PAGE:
Tiz Wonderful suffered his first career setback in four tries when he finished sixth and last after racing rankly and pressing the early pace of the Jim Dandy. The race marked his first start since suffering a tendon injury in January.

"He pretty much ran his race before the gates even opened," said trainer Steve Asmussen. "When I got to the paddock to saddle him, his motor was going faster than usual and he was pretty wound up. He came back a little body-sore but the tendon looks good. Right now I've got nothing planned."

Woodward likely next for Lawyer Ron

Trainer Todd Pletcher reported that all was well with all three of his starters from Saturday's Whitney, including Lawyer Ron, who will now likely be pointed for the Grade 1 Woodward here on Sept. 1.

"I wasn't surprised he won, although I was surprised how fast he ran," said Pletcher. "He was a little unfortunate not to win his two previous races. He had the 1 post for the Met Mile, and at Monmouth he did well just to get up for second over a crazy, speed-favoring track."

Lawyer Ron's performance, which earned him a 116 Beyer Speed Figure, will certainly move him well up the rankings of a very wide open handicap division.

"I think the division might be a little less wide open now than it was on Saturday morning," Pletcher said.

The official Whitney clocking of 1:46.64, which broke the track record set by Left Bank in 2002, was questioned by some, but not by Pletcher.

"Any way you look at it the horse ran a huge race," he said, "and if the time is accurate, which I believe it to be, then I just want to see him get the credit he deserves for his performance."

Pletcher said that Magna Graduate, who finished sixth as the 4-1 favorite in the Whitney, could also return in the Woodward. Fairbanks, fourth in the Whitney, may try the Hawthorne Gold Cup on Sept. 29, the trainer said.

Pletcher will likely seek another Grade 1 win this weekend in the Test Stakes with Cotton Blossom, who breezed a half-mile in 48.47 seconds at Saratoga on Sunday. Cotton Blossom will turn back to seven-eighths of a mile for the first time since finishing second in the Spinaway here last summer.

Ruffian next target for Ginger Punch

It was not Bobby Frankel's intent to run either Ginger Punch or Argentina last weekend in Grade 1 stakes. But since he got a Grade 1 win with Ginger Punch and a Gradeo1 placing with Argentina, it all worked out in the end.

Ginger Punch dominated Saturday's Go for Wand by six lengths and thus earned a berth in the $2 million Breeders' Cup Distaff, provided owner Frank Stronach decides to pay the $180,000 supplemental fee.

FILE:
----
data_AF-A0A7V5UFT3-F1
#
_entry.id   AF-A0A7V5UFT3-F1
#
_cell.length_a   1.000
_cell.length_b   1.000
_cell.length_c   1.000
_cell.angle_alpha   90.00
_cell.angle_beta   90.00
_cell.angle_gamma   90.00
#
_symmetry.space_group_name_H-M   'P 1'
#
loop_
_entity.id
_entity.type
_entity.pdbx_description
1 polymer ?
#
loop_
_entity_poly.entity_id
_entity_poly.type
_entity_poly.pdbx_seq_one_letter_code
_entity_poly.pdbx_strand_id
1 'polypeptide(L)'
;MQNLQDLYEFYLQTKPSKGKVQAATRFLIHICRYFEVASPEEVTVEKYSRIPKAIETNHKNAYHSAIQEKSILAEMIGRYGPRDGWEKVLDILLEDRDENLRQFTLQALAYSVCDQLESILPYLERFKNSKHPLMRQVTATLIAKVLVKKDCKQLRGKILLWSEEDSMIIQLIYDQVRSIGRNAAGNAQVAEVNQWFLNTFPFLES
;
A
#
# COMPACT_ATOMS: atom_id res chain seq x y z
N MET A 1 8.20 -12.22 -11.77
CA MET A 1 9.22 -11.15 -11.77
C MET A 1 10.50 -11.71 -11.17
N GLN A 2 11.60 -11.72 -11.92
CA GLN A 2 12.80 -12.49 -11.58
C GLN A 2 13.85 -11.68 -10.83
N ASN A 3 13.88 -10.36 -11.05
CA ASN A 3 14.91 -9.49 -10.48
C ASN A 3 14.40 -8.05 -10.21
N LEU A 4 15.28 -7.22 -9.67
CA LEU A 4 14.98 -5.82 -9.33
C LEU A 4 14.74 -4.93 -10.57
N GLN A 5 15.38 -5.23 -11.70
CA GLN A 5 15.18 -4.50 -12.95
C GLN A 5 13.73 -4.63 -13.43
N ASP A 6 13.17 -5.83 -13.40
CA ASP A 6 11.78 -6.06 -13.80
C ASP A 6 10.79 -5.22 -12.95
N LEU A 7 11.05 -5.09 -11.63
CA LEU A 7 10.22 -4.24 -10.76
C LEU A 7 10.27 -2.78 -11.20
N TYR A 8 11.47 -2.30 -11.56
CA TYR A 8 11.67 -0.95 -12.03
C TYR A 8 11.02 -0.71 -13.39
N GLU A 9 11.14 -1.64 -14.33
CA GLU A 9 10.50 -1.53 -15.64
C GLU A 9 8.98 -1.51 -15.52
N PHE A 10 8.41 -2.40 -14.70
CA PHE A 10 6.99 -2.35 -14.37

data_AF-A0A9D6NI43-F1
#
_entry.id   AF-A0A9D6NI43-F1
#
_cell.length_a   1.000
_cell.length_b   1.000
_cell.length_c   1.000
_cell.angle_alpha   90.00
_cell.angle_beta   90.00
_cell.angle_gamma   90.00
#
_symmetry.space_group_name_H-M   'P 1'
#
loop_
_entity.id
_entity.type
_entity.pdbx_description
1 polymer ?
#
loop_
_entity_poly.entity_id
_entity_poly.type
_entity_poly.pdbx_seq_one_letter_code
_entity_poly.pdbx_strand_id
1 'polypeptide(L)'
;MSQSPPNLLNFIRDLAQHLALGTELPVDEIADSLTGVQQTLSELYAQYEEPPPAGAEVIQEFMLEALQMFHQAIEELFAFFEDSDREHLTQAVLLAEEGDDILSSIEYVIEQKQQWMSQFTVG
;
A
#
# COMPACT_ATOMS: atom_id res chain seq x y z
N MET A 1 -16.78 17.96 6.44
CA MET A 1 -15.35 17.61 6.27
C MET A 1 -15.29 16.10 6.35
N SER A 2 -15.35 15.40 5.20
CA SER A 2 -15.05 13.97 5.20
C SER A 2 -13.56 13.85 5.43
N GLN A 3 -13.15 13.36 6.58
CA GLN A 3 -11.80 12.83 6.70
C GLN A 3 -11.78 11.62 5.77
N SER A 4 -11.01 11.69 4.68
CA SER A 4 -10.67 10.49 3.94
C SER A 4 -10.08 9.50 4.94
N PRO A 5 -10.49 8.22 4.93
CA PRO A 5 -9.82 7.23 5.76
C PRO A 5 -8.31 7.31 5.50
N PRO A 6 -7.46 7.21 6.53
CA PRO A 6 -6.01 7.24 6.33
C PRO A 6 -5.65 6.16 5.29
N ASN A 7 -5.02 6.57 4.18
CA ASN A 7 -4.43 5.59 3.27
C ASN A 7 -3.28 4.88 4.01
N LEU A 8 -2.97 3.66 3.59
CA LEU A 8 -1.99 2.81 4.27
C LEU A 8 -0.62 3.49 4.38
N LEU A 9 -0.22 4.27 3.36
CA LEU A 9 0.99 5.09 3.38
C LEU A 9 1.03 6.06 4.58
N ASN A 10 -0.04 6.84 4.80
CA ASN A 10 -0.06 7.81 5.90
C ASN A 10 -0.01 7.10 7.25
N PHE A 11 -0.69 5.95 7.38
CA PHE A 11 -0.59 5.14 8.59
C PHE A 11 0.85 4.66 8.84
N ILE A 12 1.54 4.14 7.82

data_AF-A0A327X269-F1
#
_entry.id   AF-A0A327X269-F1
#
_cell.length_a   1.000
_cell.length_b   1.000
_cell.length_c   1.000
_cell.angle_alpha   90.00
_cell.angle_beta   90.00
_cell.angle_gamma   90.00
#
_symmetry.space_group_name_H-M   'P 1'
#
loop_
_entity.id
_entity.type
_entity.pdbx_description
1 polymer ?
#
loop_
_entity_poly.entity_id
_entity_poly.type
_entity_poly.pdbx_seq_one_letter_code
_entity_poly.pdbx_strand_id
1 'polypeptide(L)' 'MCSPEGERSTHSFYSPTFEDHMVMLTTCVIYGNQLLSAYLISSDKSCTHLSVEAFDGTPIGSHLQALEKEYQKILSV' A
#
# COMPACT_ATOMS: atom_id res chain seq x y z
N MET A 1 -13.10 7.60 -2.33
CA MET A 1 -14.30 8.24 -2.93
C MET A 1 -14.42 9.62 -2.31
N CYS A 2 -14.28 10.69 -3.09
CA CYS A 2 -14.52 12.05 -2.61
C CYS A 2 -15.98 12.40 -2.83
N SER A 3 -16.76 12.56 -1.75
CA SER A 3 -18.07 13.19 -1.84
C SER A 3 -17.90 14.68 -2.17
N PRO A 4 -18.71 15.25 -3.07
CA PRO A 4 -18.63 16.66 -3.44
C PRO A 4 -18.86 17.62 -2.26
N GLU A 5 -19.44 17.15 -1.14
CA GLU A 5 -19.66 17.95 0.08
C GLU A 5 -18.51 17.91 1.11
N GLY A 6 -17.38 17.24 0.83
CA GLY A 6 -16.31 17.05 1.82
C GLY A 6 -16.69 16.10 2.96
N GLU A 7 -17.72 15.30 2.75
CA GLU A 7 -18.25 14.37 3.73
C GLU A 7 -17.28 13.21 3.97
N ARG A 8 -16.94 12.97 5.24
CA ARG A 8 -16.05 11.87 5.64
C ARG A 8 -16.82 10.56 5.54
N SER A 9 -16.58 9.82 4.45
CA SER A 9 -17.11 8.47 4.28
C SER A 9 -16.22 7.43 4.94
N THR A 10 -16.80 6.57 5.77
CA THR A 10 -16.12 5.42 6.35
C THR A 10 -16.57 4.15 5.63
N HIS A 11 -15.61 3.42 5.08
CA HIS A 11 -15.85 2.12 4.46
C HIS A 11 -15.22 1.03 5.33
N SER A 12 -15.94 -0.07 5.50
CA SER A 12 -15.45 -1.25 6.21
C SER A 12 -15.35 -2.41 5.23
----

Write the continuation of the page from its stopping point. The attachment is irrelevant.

Frankel was originally pointing Ginger Punch to the Grade 1 Ballerina later in the meet. But with Sugar Shake needing more time and the Go for Wand coming up light, Frankel decided to enter Ginger Punch despite it being her first try at 1 1/8 miles.

"I was a little concerned about the distance, but I knew she was faster than they were,'' Frankel said. "If I ran in the Ballerina, I can't go anywhere else. The Ruffian is too close,'' and the Molly Pitcher at Monmouth is the day before.

Frankel said Ginger Punch, who won the Grade 2 First Flight at Belmont last month, will most likely make her next start in the Grade 1 Ruffian at Belmont on Sept. 8.

Regarding the BC Distaff, Frankel said Stronach would pay the supplemental fee "if she's doing good" at the time.

Meanwhile, Frankel was thrilled with Argentina's second-place finish to My Typhoon in the Grade 1 Diana. Frankel had been planning to run Karen's Caper in that race before she got a foot injury. Argentina, beaten three-quarters of a length by My Typhoon, will likely run next in the Grade 1 Flower Bowl Invitational at Belmont on Sept. 29.

* Nobiz Like Shobiz worked seven furlongs in 1:27.06 over a very busy Oklahoma turf course on Monday in preparation for his grass debut in next Monday's Grade 2 Fourstardave Stakes. Nobiz Like Shobiz completed his final quarter-mile in 23.48 seconds before galloping out a mile in 1:39.88.

- additional reporting by David Grening